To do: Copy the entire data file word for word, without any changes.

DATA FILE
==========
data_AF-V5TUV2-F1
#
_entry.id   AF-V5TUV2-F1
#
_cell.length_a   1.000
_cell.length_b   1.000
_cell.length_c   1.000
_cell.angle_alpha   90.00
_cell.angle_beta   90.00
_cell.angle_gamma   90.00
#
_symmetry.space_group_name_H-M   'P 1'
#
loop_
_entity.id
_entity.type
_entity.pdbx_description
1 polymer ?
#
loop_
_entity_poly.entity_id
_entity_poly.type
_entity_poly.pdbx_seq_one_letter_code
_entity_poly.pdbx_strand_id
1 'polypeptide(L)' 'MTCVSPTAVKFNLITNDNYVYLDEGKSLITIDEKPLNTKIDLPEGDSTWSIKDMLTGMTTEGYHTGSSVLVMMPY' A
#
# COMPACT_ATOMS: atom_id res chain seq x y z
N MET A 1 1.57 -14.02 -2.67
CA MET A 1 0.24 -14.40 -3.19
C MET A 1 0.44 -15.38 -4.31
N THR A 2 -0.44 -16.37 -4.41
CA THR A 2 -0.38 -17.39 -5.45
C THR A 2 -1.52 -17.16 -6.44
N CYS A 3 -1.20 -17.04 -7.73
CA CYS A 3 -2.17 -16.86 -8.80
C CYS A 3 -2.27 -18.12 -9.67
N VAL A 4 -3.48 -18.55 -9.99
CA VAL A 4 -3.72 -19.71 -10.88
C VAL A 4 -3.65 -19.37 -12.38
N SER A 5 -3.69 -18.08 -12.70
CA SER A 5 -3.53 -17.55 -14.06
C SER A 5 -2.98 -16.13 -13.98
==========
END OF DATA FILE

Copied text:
data_AF-V5TUV2-F1
#
_entry.id   AF-V5TUV2-F1
#
_cell.length_a   1.000
_cell.length_b   1.000
_cell.length_c   1.000
_cell.angle_alpha   90.00
_cell.angle_beta   90.00
_cell.angle_gamma   90.00
#
_symmetry.space_group_name_H-M   'P 1'
#
loop_
_entity.id
_entity.type
_entity.pdbx_description
1 polymer ?
#
loop_
_entity_poly.entity_id
_entity_poly.type
_entity_poly.pdbx_seq_one_letter_code
_entity_poly.pdbx_strand_id
1 'polypeptide(L)' 'MTCVSPTAVKFNLITNDNYVYLDEGKSLITIDEKPLNTKIDLPEGDSTWSIKDMLTGMTTEGYHTGSSVLVMMPY' A
#
# COMPACT_ATOMS: atom_id res chain seq x y z
N MET A 1 1.57 -14.02 -2.67
CA MET A 1 0.24 -14.40 -3.19
C MET A 1 0.44 -15.38 -4.31
N THR A 2 -0.44 -16.37 -4.41
CA THR A 2 -0.38 -17.39 -5.45
C THR A 2 -1.52 -17.16 -6.44
N CYS A 3 -1.20 -17.04 -7.73
CA CYS A 3 -2.17 -16.86 -8.80
C CYS A 3 -2.27 -18.12 -9.67
N VAL A 4 -3.48 -18.55 -9.99
CA VAL A 4 -3.72 -19.71 -10.88
C VAL A 4 -3.65 -19.37 -12.38
N SER A 5 -3.69 -18.08 -12.70
CA SER A 5 -3.53 -17.55 -14.06
C SER A 5 -2.98 -16.13 -13.98